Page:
CHENNAI: Transitions can be unpleasant, but here is a Chennai-based environment enthusiast who decided to trudge through the difficult road with the hope that the only way out of it is through it, and with the stance that it is for the better. Gayathri Jaikumar pursued her academics with a focus on sustainability and then decided to steer off to make a difference.
During her PhD at ETH Zurich, Switzerland, she realised the subjects she explored were restricted to discussions with a few erudite people who were well-versed in them. She says, “It started to feel like an echo chamber where a few people worked on the same topic and shared what we were doing in conferences. It was just us who were concerned about the topic.” It was then that she consciously chose the path of an entrepreneur.
Through numerous discussions with market experts, learning new skills and upgrading herself, she steeled herself up for the next endeavour, which was launching a start-up in the fashion industry. SwappCycle, launched in August 2023, was the project that resulted from her relentless and indefatigable work and planning.
A personal choice
The choice of working towards the fashion industry stemmed from Gayathri’s personal experiences, minimalism being one among them. She reflects, “I have been a thrifter for the past seven-eight years, and I do not purchase fast fashion whatsoever.” A lot of her choices, she believes, were not just a part of her conviction, but also could be attributed to feasibility and accessibility. Thrift culture was a major part of her lifestyle in Europe, and sustainable fashion choices were available at par with fast fashion, which led to making such choices easier.
SwappCycle is a barter-based marketplace for pre-loved fashion. Gayathri believes that there also comes a sense of responsibility with it to educate people on the benefits of the app as they onboard them. SwappCycle fosters the idea of a cash-free exchange of clothing and decluttering the wardrobe and aims to create a positive impact on the environment. It takes care of the entire swapping process, which provides doorstep pick-up and delivery of the pre-loved items. The usage of the app is quite seamless with its interactive experience. One can upload the image of items they would like to swap, and in return browse through a catalogue full of items, with responses ‘yay’ or ‘nay’.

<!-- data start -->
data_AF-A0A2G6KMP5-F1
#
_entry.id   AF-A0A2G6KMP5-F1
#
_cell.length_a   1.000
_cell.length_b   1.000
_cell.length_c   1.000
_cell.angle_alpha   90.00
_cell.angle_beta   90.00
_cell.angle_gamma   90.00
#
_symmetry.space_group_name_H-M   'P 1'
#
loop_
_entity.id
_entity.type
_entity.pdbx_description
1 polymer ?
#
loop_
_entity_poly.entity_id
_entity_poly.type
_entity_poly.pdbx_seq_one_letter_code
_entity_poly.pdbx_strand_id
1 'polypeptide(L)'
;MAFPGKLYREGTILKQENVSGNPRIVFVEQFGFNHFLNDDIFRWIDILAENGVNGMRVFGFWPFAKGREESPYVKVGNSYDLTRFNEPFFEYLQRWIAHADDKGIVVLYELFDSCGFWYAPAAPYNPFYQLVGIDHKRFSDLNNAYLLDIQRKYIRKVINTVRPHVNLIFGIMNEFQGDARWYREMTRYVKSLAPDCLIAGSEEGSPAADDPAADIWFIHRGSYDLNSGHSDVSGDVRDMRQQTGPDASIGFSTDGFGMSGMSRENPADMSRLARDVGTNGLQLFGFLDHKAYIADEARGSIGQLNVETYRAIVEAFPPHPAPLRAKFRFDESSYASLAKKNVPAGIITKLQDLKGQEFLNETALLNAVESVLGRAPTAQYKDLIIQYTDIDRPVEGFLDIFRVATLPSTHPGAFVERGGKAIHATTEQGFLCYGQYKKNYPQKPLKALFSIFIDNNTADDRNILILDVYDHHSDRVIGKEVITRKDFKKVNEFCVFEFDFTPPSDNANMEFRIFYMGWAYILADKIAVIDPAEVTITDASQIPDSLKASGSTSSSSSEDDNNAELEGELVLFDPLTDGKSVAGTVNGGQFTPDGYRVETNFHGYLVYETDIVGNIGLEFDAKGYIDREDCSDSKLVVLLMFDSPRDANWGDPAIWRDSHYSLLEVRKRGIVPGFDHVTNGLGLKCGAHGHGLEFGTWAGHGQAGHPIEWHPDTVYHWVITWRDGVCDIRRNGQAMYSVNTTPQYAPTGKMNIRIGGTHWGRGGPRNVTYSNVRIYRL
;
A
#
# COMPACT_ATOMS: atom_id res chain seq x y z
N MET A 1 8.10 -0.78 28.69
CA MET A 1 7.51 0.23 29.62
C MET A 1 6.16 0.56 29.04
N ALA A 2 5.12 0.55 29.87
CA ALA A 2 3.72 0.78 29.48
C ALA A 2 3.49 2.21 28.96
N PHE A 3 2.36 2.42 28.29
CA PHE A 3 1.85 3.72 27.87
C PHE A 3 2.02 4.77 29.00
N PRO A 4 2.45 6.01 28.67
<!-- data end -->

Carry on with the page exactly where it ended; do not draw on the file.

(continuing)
But with the newness of this kind of platform, there were also many grey areas for customers, which needed to be addressed. The understanding of thrifting and pre-loved fashion in India is still in its nascent stage. In a country that harbours so many myths, superstitions, and stigma, it was hard to set up something like SwappCycle. There are quality checks done before choosing the material for trade. However, she remarks, “I realised that there is a feeling of ickiness attached to pre-loved fashion. People associate reusing clothes with hygiene issues, passing on the aura and energy of another person, and so on.” There are myriad challenges, and nudging people to question their belief system and adapt to something alien to them, she notes is a hurdle.
Despite these roadblocks, Gayathri was resolute in taking what she describes as an uncertain path. She, however, points out a positive prospect amid the series of impediments. Her hope leaned on the millennials and Gen Z who welcomed the idea of thrifting, and for many, it was the novelty of the experience that excited them. She says, “Younger consumers like Gen Z and millennials have had international exposure, and are relatively free from superstitions and myths burdening their consumption choices and decision-making.”
Inclusion is one of SwappCycle’s trademarks. It welcomes every type and size of clothing without judgement, which gives a sense of acceptance and inclusivity to people with diverse dressing styles and body shapes. She discerns that in India, there is a lack of accessibility and visibility for sustainable products, even if it has well-intentional consumers. She notes that with the advent of e-commerce platforms industries, the choices have widened, and contrary to other countries, the culture of the thrift industry is not popular.
With an aim of equal, viable, and visible choice to mindful consumers, she observes that quite often, we are swayed by society in many ways, which undoubtedly is reflected in our choices. Looking at the market trends overall, she says, “One can see that the fast fashion industry is a leading cause of greenhouse emissions, which constitutes a significant part of environmental damage. It is one such industry with which each one has a certain level and forms of engagement. This is a problem close to everyone, because clothes are an integral part of our life, and purchasing clothes is something that we all do five-six times a year on average.”
Gayathri views that clothes are not merely chosen based on the comfort they provide, but also on how they make us feel emotionally. While the definitions and perspectives on clothing are shifting, consumption has also intensified. It’s hard to aggressively and strictly follow a sustainable lifestyle as it could also translate to an expensive way of living. With plenty of options evolving and looming, people cling to the cost-effective products, and it’s almost impossible to convince a majority of the people to shift to environment-friendly choices. Bearing this in mind, she grasps that instead of latching on to a rigid way to discard fast-fashion, she has to choose a middle ground. She says, “SwappCycle will never adopt a tone that is judgmental to the users on the choices they are making, nor would they be looked upon about their choices, but provide a platform to try something new, which might be a new way of consumption for them.”
The app is available on Playstore and App Store. For details, visit www.swappcycle.com. Instagram: @swappcycle